When you're in a management position, most people would say you're a leader. But there are important differences between a manager and a leader. Just because you're one doesn't mean you're the other. Do you know the distinction?
According to these executives, here is the #1 difference between a manager and a leader:
Bonnie Patrick Mattalian, Multi-Unit Business Operations Executive
It's a matter of trust.
As consumers, we make choices every day on what products to purchase, as well as where and when we purchase. Typically, that is based on an end-user experience. Yes, some of this has changed from brick-and-mortar to virtual since we were hit with the pandemic. However, I believe that premise is still the same. As businesses begin to reopen, we will be even more particular about where, when and why we chose to make purchases.
While brand image and social media can color our perceptions, it is usually some sort of person-to-person connection that creates the experience which can be memorable or forgettable.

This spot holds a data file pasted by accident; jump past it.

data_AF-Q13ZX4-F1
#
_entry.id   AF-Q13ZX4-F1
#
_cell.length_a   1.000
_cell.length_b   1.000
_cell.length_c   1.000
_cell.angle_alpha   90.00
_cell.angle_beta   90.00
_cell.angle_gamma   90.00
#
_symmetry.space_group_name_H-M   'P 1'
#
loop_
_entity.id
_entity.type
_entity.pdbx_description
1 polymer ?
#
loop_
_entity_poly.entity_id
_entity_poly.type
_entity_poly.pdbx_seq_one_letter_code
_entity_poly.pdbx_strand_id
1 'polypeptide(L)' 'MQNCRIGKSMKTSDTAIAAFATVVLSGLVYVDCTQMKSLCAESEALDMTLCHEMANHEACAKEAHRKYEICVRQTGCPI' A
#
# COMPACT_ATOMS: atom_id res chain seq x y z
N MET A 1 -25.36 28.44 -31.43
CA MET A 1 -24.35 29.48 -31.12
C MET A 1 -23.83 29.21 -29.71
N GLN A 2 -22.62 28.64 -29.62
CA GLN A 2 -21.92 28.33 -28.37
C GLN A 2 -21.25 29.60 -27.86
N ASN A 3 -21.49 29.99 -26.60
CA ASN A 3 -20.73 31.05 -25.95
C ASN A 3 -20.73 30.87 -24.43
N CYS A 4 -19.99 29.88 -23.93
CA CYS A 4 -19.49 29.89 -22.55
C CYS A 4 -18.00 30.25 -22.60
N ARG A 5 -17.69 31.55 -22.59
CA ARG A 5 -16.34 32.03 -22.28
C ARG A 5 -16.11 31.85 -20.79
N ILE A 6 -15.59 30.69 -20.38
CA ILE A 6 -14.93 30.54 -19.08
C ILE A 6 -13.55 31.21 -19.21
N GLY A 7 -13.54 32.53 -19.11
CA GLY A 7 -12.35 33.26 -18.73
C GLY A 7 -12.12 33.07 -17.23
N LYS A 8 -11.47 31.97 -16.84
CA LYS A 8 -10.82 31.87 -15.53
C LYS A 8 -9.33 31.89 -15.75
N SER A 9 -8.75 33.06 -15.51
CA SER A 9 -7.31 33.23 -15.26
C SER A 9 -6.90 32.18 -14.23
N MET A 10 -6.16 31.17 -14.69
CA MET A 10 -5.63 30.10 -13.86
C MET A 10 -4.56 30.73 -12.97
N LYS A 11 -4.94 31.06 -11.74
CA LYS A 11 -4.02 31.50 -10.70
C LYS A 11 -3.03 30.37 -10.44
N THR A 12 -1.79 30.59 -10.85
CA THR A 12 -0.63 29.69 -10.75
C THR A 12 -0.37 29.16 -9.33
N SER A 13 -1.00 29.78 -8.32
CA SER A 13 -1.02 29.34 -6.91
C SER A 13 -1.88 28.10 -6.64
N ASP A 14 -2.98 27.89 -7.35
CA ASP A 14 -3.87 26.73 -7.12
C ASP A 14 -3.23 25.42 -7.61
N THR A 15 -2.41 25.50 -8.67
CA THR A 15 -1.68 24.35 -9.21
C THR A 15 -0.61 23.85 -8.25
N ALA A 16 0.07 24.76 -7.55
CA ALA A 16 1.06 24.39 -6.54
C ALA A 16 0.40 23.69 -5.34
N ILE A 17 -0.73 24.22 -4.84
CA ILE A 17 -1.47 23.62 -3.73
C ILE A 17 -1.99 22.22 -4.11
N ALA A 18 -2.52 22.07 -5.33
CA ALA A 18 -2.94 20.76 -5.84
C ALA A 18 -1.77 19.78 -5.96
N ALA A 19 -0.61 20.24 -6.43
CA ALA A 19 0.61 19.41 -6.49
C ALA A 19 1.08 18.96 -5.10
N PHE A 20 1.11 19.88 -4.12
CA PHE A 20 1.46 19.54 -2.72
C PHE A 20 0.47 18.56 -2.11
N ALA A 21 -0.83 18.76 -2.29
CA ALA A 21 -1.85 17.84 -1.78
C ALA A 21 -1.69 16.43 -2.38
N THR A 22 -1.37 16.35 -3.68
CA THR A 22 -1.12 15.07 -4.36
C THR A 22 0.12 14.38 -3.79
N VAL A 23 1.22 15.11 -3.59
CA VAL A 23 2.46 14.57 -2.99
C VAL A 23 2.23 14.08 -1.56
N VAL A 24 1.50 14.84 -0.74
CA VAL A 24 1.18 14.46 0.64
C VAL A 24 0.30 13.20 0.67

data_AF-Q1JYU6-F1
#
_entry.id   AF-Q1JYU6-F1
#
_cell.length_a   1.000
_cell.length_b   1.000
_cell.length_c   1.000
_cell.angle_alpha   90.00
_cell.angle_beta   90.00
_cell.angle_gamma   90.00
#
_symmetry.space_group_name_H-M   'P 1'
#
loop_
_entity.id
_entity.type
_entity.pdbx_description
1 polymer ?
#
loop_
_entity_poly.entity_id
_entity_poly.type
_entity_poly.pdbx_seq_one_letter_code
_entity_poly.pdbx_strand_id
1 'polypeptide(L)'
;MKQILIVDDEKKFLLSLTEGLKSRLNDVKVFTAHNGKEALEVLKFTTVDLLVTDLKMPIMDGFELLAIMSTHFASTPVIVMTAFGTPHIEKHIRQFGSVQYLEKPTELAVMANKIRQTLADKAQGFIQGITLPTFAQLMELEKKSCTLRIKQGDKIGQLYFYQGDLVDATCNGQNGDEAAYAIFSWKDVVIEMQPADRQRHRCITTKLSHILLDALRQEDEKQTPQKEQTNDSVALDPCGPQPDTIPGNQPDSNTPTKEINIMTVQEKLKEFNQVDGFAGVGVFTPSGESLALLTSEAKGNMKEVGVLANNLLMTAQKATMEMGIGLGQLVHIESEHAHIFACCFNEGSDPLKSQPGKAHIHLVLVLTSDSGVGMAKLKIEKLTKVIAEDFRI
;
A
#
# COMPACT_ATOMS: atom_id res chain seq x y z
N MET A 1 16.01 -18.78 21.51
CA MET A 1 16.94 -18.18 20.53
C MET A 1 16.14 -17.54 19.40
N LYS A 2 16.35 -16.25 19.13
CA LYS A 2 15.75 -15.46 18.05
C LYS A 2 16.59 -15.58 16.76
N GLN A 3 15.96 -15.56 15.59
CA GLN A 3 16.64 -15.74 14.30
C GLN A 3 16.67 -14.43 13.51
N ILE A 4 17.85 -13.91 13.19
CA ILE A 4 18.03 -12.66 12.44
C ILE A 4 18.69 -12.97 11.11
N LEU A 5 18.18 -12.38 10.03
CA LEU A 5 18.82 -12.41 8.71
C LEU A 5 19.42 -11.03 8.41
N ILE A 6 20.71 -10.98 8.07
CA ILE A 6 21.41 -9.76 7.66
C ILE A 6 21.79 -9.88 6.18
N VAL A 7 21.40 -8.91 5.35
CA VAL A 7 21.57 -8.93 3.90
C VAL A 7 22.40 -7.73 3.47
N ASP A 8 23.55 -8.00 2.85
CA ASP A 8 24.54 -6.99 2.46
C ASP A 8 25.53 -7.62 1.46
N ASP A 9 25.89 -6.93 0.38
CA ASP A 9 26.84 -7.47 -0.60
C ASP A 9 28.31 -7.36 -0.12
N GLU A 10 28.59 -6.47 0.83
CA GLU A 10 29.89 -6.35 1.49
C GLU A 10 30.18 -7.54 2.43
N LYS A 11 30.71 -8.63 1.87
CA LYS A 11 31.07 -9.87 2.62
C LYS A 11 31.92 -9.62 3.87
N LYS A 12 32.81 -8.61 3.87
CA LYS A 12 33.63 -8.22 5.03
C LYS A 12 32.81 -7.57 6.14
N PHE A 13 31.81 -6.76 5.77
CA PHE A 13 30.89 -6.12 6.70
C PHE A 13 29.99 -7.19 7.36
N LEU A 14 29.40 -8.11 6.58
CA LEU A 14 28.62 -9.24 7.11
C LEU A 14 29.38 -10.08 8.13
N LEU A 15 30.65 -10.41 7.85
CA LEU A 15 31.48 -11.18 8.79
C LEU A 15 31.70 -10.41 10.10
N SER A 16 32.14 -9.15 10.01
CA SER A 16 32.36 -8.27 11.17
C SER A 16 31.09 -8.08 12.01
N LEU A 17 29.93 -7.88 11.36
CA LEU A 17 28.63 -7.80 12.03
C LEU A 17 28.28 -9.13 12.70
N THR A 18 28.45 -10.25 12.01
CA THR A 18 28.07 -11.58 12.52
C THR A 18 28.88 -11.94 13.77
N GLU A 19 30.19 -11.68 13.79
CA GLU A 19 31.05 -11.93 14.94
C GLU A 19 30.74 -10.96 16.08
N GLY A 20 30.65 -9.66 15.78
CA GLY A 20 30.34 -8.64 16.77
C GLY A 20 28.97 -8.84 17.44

Each employee creates the experience based on how they are treated within an organization.
Leaders create a culture of trust. While they are transparent with their teams, they are risk takers and empower employees to do the same. An environment built on strength, innovation, and trust is one where employees thrive.
On the other hand, most managers direct processes, describe exactly how to do things, and may also frequently point out and try to correct deficiencies.
Where would most people thrive? Under a good leader, who chooses a team to balance his or her strengths and to also ensure congruity around vision.
As a result, you can imagine the customer experience under a leader is quite different than that of a very direct-style manager.
There are two large coffee chains and I tell you, I can palpably feel the difference in how they are led and in their cultures every time I walk into each. Now, I have a preference based on my experiences. The staff know me, and I have a relationship with the business which withstood their closure during the pandemic. They are back—and so am I.